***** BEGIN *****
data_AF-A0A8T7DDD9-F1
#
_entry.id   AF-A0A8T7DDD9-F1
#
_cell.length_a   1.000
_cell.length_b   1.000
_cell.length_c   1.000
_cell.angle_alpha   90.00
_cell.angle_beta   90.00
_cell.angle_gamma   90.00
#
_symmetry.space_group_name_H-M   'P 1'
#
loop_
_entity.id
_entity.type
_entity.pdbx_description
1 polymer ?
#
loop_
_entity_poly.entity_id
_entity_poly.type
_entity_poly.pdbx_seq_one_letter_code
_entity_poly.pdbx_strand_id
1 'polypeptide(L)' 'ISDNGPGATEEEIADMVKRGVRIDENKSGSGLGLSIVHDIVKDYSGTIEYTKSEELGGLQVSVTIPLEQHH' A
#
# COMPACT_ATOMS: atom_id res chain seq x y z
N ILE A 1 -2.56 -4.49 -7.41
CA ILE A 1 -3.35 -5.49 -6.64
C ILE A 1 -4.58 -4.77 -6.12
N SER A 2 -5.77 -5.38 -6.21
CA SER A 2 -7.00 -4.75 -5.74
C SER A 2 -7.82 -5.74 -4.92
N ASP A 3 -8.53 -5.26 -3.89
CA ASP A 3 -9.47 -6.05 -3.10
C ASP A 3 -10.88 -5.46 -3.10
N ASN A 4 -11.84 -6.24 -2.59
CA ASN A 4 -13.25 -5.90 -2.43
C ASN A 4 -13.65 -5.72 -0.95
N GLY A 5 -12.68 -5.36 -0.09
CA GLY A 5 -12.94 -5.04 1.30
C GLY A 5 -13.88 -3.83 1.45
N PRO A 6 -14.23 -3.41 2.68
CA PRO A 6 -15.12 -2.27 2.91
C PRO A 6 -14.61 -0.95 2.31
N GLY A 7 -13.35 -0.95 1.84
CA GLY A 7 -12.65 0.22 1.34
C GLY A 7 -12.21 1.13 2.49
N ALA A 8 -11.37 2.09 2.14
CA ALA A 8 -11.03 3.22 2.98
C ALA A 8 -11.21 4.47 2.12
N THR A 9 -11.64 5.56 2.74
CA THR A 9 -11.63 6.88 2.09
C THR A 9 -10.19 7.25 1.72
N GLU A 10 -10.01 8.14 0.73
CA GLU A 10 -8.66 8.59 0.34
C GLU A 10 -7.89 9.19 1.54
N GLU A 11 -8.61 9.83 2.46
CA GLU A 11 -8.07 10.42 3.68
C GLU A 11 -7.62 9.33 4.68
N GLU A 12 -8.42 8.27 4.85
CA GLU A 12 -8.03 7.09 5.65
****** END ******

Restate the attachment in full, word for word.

data_AF-A0A8T7DDD9-F1
#
_entry.id   AF-A0A8T7DDD9-F1
#
_cell.length_a   1.000
_cell.length_b   1.000
_cell.length_c   1.000
_cell.angle_alpha   90.00
_cell.angle_beta   90.00
_cell.angle_gamma   90.00
#
_symmetry.space_group_name_H-M   'P 1'
#
loop_
_entity.id
_entity.type
_entity.pdbx_description
1 polymer ?
#
loop_
_entity_poly.entity_id
_entity_poly.type
_entity_poly.pdbx_seq_one_letter_code
_entity_poly.pdbx_strand_id
1 'polypeptide(L)' 'ISDNGPGATEEEIADMVKRGVRIDENKSGSGLGLSIVHDIVKDYSGTIEYTKSEELGGLQVSVTIPLEQHH' A
#
# COMPACT_ATOMS: atom_id res chain seq x y z
N ILE A 1 -2.56 -4.49 -7.41
CA ILE A 1 -3.35 -5.49 -6.64
C ILE A 1 -4.58 -4.77 -6.12
N SER A 2 -5.77 -5.38 -6.21
CA SER A 2 -7.00 -4.75 -5.74
C SER A 2 -7.82 -5.74 -4.92
N ASP A 3 -8.53 -5.26 -3.89
CA ASP A 3 -9.47 -6.05 -3.10
C ASP A 3 -10.88 -5.46 -3.10
N ASN A 4 -11.84 -6.24 -2.59
CA ASN A 4 -13.25 -5.90 -2.43
C ASN A 4 -13.65 -5.72 -0.95
N GLY A 5 -12.68 -5.36 -0.09
CA GLY A 5 -12.94 -5.04 1.30
C GLY A 5 -13.88 -3.83 1.45
N PRO A 6 -14.23 -3.41 2.68
CA PRO A 6 -15.12 -2.27 2.91
C PRO A 6 -14.61 -0.95 2.31
N GLY A 7 -13.35 -0.95 1.84
CA GLY A 7 -12.65 0.22 1.34
C GLY A 7 -12.21 1.13 2.49
N ALA A 8 -11.37 2.09 2.14
CA ALA A 8 -11.03 3.22 2.98
C ALA A 8 -11.21 4.47 2.12
N THR A 9 -11.64 5.56 2.74
CA THR A 9 -11.63 6.88 2.09
C THR A 9 -10.19 7.25 1.72
N GLU A 10 -10.01 8.14 0.73
CA GLU A 10 -8.66 8.59 0.34
C GLU A 10 -7.89 9.19 1.54
N GLU A 11 -8.61 9.83 2.46
CA GLU A 11 -8.07 10.42 3.68
C GLU A 11 -7.62 9.33 4.68
N GLU A 12 -8.42 8.27 4.85
CA GLU A 12 -8.03 7.09 5.65